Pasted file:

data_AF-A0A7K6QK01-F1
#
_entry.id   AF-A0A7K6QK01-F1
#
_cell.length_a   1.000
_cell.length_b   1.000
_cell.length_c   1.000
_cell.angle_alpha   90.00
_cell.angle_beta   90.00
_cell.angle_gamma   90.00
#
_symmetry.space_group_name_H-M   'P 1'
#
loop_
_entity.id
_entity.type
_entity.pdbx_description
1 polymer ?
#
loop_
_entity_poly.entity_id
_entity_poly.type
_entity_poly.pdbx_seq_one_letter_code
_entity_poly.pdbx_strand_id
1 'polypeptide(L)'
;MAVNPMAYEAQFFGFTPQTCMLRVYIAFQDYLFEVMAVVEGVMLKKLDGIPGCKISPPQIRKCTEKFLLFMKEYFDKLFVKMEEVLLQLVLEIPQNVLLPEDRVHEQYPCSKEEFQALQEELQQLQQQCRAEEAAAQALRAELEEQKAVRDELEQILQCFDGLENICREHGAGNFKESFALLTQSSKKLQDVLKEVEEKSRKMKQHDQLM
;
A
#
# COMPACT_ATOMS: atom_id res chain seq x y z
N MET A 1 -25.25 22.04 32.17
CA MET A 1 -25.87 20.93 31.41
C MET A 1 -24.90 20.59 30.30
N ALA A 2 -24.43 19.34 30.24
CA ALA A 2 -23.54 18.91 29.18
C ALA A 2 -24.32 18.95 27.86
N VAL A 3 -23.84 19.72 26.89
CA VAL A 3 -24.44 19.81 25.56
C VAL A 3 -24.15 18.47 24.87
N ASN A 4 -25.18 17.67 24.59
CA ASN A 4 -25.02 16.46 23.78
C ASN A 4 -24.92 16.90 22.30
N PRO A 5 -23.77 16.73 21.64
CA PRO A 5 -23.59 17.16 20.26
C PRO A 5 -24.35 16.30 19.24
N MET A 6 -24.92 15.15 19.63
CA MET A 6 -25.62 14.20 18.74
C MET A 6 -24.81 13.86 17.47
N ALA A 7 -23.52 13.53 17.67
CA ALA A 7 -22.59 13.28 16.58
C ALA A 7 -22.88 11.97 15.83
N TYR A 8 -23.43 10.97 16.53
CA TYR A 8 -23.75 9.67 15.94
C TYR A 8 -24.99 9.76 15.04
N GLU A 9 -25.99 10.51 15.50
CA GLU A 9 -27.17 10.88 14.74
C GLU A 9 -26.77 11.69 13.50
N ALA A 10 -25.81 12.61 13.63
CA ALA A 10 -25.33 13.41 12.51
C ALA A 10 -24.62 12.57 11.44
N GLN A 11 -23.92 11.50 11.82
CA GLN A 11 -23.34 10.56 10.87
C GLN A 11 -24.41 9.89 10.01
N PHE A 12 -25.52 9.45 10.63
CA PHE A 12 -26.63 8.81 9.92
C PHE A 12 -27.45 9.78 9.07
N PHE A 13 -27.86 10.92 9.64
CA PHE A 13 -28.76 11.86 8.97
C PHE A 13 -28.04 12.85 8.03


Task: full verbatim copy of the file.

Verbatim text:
data_AF-A0A7K6QK01-F1
#
_entry.id   AF-A0A7K6QK01-F1
#
_cell.length_a   1.000
_cell.length_b   1.000
_cell.length_c   1.000
_cell.angle_alpha   90.00
_cell.angle_beta   90.00
_cell.angle_gamma   90.00
#
_symmetry.space_group_name_H-M   'P 1'
#
loop_
_entity.id
_entity.type
_entity.pdbx_description
1 polymer ?
#
loop_
_entity_poly.entity_id
_entity_poly.type
_entity_poly.pdbx_seq_one_letter_code
_entity_poly.pdbx_strand_id
1 'polypeptide(L)'
;MAVNPMAYEAQFFGFTPQTCMLRVYIAFQDYLFEVMAVVEGVMLKKLDGIPGCKISPPQIRKCTEKFLLFMKEYFDKLFVKMEEVLLQLVLEIPQNVLLPEDRVHEQYPCSKEEFQALQEELQQLQQQCRAEEAAAQALRAELEEQKAVRDELEQILQCFDGLENICREHGAGNFKESFALLTQSSKKLQDVLKEVEEKSRKMKQHDQLM
;
A
#
# COMPACT_ATOMS: atom_id res chain seq x y z
N MET A 1 -25.25 22.04 32.17
CA MET A 1 -25.87 20.93 31.41
C MET A 1 -24.90 20.59 30.30
N ALA A 2 -24.43 19.34 30.24
CA ALA A 2 -23.54 18.91 29.18
C ALA A 2 -24.32 18.95 27.86
N VAL A 3 -23.84 19.72 26.89
CA VAL A 3 -24.44 19.81 25.56
C VAL A 3 -24.15 18.47 24.87
N ASN A 4 -25.18 17.67 24.59
CA ASN A 4 -25.02 16.46 23.78
C ASN A 4 -24.92 16.90 22.30
N PRO A 5 -23.77 16.73 21.64
CA PRO A 5 -23.59 17.16 20.26
C PRO A 5 -24.35 16.30 19.24
N MET A 6 -24.92 15.15 19.63
CA MET A 6 -25.62 14.20 18.74
C MET A 6 -24.81 13.86 17.47
N ALA A 7 -23.52 13.53 17.67
CA ALA A 7 -22.59 13.28 16.58
C ALA A 7 -22.88 11.97 15.83
N TYR A 8 -23.43 10.97 16.53
CA TYR A 8 -23.75 9.67 15.94
C TYR A 8 -24.99 9.76 15.04
N GLU A 9 -25.99 10.51 15.50
CA GLU A 9 -27.17 10.88 14.74
C GLU A 9 -26.77 11.69 13.50
N ALA A 10 -25.81 12.61 13.63
CA ALA A 10 -25.33 13.41 12.51
C ALA A 10 -24.62 12.57 11.44
N GLN A 11 -23.92 11.50 11.82
CA GLN A 11 -23.34 10.56 10.87
C GLN A 11 -24.41 9.89 10.01
N PHE A 12 -25.52 9.45 10.63
CA PHE A 12 -26.63 8.81 9.92
C PHE A 12 -27.45 9.78 9.07
N PHE A 13 -27.86 10.92 9.64
CA PHE A 13 -28.76 11.86 8.97
C PHE A 13 -28.04 12.85 8.03